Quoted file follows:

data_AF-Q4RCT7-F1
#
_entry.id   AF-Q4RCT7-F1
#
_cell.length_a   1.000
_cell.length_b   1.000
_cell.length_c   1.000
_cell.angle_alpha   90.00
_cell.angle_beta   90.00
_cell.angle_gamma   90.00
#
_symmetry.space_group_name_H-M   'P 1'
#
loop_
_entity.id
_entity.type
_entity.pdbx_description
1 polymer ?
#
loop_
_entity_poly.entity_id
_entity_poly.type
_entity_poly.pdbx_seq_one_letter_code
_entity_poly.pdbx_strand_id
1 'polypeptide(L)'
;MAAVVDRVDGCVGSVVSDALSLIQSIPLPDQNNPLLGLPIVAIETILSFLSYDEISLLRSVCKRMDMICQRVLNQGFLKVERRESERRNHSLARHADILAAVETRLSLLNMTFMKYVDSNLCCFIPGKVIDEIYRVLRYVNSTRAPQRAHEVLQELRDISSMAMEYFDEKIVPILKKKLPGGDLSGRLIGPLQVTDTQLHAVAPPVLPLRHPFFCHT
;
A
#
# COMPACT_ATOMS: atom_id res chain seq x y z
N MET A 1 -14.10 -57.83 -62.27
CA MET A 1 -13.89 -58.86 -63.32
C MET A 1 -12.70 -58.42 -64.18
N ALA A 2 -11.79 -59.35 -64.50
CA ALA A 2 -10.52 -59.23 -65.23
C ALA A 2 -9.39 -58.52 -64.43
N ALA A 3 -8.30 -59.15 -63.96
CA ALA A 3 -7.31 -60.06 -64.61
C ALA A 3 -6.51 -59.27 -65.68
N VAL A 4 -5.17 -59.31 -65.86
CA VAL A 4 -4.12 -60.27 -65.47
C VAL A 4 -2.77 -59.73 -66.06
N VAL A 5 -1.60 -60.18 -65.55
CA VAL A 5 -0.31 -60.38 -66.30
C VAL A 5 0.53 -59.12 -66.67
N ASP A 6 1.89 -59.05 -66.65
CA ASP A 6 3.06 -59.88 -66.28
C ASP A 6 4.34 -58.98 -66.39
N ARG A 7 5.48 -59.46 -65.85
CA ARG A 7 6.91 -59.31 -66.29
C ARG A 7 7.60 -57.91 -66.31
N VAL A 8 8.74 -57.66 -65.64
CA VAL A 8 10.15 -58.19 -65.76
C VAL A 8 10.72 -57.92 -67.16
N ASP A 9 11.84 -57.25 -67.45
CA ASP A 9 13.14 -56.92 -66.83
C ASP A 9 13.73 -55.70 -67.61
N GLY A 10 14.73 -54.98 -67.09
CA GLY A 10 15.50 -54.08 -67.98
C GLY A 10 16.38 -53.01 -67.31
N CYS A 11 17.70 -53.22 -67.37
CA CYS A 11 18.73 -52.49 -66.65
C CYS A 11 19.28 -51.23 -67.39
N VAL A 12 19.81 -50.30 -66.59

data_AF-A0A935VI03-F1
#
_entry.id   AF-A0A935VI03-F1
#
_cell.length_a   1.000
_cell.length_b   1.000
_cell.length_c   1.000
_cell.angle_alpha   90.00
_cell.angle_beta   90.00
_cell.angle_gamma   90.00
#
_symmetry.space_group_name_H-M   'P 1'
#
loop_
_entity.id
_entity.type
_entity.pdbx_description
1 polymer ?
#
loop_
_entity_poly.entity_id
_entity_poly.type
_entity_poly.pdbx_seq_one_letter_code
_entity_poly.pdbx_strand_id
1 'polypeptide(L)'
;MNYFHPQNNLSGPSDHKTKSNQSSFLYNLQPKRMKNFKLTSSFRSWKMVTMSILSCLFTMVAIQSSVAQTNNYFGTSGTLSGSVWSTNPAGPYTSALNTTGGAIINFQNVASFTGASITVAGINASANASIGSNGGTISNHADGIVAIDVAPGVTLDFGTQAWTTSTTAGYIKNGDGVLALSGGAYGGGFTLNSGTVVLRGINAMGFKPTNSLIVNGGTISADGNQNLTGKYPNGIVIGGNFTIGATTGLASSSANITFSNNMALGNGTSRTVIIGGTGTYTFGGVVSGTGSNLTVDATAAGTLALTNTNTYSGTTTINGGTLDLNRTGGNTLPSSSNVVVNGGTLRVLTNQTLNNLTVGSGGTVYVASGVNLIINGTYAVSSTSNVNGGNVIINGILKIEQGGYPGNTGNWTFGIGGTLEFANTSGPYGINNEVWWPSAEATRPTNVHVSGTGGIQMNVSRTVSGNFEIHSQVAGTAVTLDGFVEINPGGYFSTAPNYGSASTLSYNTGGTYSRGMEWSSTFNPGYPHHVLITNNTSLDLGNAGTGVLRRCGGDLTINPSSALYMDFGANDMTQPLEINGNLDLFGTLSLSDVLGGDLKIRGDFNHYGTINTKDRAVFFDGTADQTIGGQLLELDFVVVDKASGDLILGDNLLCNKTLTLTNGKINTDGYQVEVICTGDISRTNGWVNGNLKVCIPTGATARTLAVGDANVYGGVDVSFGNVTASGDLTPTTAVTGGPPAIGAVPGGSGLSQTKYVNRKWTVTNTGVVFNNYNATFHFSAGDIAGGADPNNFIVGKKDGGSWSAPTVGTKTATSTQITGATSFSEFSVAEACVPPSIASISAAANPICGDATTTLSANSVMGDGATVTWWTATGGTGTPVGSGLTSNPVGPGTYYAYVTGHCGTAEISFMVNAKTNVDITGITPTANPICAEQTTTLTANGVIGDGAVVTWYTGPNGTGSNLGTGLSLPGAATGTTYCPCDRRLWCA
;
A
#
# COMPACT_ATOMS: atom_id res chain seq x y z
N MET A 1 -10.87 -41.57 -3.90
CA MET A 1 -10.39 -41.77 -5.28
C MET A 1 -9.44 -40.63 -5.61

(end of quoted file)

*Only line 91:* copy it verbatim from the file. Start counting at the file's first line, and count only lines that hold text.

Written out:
;